Once upon a time………..

The blue book


A couple of weeks ago I found this lovely copy of Andrew Lang’s The Blue Fairy Book in a charity shop and as if by magic it seemed to find it’s way home with me……I’ve got more fairy tale and folk story books than you can shake a stick at but they have been my favourite stories to lose myself in since I was a little girl and first learnt to read.

Once upon a time……when you open a book and it starts with those four magical words you just know you are going to be swept up in a story of wishes and wonderful things, dark woods and gingerbread houses….

I’ve been wanting to write a little bit about my love of these stories for a while, and it seems suitable to do so now that the weather has become cold and the nights dark…these are the books I reach out for to read when I go to bed and can huddle down under a mass of quilts and crocheted blankets.


United Kingdom folk stories


Even now I’m all grown up I still love them….my favourites being the Charles Perrault ones (Beauty and the Beast and Red Riding Hood), old English stories such as Mister Fox (he certainly isn’t the same fantastic gentleman written about by Roald Dahl) and Kate Crackernuts and wonderfully rich tales from Russia, which include Vasilisa The Beautiful  (Baba Yaga and her walking house are in this story.)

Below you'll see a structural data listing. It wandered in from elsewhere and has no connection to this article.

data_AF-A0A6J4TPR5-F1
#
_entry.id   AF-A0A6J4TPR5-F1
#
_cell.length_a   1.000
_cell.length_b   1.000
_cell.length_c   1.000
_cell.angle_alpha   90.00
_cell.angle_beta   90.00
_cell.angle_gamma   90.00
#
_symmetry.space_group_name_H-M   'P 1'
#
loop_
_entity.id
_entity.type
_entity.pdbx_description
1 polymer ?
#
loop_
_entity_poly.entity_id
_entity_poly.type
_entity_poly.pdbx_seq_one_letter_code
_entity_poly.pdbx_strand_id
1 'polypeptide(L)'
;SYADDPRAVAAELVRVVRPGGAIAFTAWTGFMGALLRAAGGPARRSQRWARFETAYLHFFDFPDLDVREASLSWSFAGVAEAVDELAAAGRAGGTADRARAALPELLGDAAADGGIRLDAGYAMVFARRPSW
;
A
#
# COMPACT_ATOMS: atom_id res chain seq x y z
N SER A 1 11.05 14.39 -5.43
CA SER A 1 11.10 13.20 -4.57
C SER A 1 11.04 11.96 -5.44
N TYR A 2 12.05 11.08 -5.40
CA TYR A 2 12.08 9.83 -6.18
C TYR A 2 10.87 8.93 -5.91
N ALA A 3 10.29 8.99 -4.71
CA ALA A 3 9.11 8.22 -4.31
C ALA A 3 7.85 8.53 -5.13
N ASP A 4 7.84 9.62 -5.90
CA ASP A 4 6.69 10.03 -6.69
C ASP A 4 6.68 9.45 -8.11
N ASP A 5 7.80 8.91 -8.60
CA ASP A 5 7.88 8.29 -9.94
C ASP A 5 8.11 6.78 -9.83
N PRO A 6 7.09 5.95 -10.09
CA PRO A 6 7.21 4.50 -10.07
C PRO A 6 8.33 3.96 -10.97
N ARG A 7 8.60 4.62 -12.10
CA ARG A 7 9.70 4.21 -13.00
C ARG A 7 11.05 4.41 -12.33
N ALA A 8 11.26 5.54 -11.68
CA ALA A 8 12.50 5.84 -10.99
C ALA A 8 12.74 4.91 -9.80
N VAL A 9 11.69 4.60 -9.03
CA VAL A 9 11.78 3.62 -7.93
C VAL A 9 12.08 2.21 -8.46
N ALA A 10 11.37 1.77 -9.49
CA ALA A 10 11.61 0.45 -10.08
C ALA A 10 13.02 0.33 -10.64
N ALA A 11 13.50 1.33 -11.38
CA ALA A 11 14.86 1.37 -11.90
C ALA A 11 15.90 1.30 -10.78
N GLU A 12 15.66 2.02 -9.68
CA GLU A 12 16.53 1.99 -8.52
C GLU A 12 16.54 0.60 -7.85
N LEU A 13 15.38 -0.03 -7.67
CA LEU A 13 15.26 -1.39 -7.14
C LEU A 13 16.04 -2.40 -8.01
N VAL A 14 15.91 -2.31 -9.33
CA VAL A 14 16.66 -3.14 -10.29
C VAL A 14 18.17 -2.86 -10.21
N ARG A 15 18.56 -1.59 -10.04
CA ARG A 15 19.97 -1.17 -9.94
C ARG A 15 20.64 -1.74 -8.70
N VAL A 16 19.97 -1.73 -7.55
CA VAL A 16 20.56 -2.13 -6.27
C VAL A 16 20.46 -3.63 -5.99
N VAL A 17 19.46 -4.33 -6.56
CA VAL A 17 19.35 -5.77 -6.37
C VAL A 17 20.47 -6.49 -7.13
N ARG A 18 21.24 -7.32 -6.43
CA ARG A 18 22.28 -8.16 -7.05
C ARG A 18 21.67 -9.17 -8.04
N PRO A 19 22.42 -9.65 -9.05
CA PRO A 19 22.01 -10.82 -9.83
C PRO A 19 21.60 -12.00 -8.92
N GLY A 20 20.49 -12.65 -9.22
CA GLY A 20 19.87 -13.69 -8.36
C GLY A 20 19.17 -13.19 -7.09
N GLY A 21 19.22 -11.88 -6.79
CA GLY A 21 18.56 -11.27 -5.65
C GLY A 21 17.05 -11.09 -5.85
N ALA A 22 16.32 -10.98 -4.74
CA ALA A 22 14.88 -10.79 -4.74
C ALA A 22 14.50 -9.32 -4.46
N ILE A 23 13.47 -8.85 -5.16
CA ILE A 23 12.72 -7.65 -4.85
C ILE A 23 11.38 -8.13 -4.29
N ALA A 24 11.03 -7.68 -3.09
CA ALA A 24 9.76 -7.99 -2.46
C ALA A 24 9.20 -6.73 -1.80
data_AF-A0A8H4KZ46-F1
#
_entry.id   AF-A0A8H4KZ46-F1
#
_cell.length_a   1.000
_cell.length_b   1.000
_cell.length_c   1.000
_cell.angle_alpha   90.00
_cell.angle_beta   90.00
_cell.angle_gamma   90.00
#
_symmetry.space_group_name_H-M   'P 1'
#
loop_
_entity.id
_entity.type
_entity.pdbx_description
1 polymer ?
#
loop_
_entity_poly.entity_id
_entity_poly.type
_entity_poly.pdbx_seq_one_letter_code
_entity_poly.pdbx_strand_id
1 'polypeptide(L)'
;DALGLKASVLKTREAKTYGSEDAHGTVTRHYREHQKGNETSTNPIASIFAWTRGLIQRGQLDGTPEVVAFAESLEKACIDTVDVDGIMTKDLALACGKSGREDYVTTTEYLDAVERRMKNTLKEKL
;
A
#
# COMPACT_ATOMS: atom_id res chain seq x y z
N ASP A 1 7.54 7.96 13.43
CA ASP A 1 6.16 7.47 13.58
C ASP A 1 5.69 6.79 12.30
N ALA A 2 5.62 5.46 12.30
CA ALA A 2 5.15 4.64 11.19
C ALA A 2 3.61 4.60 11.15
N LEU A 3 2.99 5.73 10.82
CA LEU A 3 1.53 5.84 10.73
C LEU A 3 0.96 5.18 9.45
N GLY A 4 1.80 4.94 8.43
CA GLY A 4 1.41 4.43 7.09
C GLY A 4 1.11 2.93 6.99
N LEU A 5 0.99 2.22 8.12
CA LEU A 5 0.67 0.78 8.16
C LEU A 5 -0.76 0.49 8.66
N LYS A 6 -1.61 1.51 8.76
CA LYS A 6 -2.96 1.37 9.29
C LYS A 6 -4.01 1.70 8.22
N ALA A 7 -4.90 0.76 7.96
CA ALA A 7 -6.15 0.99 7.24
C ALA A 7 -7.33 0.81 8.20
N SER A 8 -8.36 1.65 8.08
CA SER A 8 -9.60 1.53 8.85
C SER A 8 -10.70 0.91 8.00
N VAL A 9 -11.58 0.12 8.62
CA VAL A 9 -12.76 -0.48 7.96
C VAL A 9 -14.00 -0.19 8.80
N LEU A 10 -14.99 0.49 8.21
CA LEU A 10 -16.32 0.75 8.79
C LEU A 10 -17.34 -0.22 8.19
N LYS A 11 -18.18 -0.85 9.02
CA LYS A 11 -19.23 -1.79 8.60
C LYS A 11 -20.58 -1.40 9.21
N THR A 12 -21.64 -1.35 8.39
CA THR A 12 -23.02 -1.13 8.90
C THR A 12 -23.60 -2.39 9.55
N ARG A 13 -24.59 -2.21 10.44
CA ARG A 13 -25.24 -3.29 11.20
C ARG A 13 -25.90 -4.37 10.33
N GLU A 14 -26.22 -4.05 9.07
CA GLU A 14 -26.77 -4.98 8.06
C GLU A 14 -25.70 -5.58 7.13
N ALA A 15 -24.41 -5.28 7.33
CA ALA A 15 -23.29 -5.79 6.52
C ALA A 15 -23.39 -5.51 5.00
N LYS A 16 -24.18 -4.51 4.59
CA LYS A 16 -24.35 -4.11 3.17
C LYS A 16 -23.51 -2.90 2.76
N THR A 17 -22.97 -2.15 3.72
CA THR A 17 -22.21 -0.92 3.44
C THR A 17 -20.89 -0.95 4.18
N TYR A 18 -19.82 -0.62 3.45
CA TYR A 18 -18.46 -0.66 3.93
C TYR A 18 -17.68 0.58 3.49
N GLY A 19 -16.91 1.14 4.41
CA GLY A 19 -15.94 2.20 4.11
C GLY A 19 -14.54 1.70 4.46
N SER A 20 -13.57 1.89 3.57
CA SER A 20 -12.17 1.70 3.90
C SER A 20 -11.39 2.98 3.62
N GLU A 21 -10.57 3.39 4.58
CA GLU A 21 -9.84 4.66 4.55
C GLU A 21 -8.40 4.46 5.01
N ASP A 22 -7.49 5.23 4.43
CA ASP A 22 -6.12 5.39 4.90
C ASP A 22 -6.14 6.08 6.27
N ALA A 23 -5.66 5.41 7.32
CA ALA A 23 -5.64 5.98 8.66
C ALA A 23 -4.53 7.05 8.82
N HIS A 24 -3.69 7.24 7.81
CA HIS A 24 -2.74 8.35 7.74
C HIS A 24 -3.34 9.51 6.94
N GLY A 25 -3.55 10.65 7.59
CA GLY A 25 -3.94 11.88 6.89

Something I particularly like about the English folk tales is that there is a old earthiness about the stories, and often they use snippets of old dialect or words that have fell out of common usage.  A lot of the stories collected by Katharine Briggs and Ruth L. Tongue are good examples of this.  They are as comforting and familiar to me as a saggy and worn cardigan, and at this time of year are as satisfying as a rooty casserole and fat steamed dumplings.


European Tales


One of the things I love about these type of tales are the magical qualities or just wonderfully described clothing or cloth that often plays a central role in the tale…..without her red cape, Red Riding Hood would have been a quite ordinary little girl on her way to grandmothers house, the princess in The Princess and the pea would probably have slept just as poorly on just the one mattress and eiderdown (instead of the umpteen mentioned) Cinderella has her wonderful dresses…like the stars, like the moon, like the sun…and let’s not forget those glass slippers, then there are shirts knitted from nettles, magical boots, Catskin’s furs, hair combs and bodices laced too tight……


Annointed tales